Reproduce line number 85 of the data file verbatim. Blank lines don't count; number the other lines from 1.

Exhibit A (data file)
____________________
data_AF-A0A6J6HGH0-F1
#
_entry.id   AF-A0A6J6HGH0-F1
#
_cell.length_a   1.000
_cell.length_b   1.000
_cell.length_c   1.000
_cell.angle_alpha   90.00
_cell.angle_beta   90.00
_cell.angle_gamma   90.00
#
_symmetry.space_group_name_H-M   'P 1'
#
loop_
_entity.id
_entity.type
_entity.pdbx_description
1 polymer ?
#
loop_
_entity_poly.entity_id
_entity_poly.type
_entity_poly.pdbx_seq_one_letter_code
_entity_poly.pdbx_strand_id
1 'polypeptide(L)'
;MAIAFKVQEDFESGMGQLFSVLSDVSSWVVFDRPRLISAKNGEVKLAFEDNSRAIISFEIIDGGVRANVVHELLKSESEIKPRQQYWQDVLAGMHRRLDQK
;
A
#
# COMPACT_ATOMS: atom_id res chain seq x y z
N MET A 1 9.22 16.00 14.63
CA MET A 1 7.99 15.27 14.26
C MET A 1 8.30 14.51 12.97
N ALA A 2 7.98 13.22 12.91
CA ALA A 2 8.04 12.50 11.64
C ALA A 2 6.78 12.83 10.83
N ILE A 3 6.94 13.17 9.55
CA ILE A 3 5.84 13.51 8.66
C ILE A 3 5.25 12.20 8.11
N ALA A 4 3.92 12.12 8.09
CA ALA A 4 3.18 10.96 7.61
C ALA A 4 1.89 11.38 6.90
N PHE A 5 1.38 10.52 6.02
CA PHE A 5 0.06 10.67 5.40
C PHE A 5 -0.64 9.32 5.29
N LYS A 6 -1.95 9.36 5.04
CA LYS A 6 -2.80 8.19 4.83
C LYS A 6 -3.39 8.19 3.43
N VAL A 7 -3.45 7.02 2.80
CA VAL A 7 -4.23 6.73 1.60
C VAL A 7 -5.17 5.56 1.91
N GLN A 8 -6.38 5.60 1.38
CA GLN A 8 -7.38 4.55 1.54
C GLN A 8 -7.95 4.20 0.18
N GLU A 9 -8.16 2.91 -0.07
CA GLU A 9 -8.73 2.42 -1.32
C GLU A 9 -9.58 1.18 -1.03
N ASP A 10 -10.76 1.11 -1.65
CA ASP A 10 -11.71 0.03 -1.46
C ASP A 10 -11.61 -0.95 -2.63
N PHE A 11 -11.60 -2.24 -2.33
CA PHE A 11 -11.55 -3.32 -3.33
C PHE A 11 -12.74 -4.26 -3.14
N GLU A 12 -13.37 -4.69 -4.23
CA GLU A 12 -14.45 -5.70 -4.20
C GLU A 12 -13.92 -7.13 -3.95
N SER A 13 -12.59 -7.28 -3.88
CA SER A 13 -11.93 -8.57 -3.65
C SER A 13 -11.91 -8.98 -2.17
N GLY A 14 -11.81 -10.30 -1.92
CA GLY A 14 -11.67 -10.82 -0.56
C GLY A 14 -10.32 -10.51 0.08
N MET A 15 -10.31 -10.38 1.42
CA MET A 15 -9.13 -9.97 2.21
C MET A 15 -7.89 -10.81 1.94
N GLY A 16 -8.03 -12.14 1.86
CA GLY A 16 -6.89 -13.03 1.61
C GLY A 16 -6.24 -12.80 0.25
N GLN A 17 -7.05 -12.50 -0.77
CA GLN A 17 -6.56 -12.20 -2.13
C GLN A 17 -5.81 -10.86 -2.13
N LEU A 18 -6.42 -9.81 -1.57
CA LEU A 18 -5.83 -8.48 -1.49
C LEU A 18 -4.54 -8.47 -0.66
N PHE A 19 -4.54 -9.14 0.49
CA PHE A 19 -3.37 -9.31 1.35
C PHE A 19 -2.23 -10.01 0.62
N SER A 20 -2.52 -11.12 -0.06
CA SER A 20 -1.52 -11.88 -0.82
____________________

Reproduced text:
N PHE A 19 -4.54 -9.14 0.49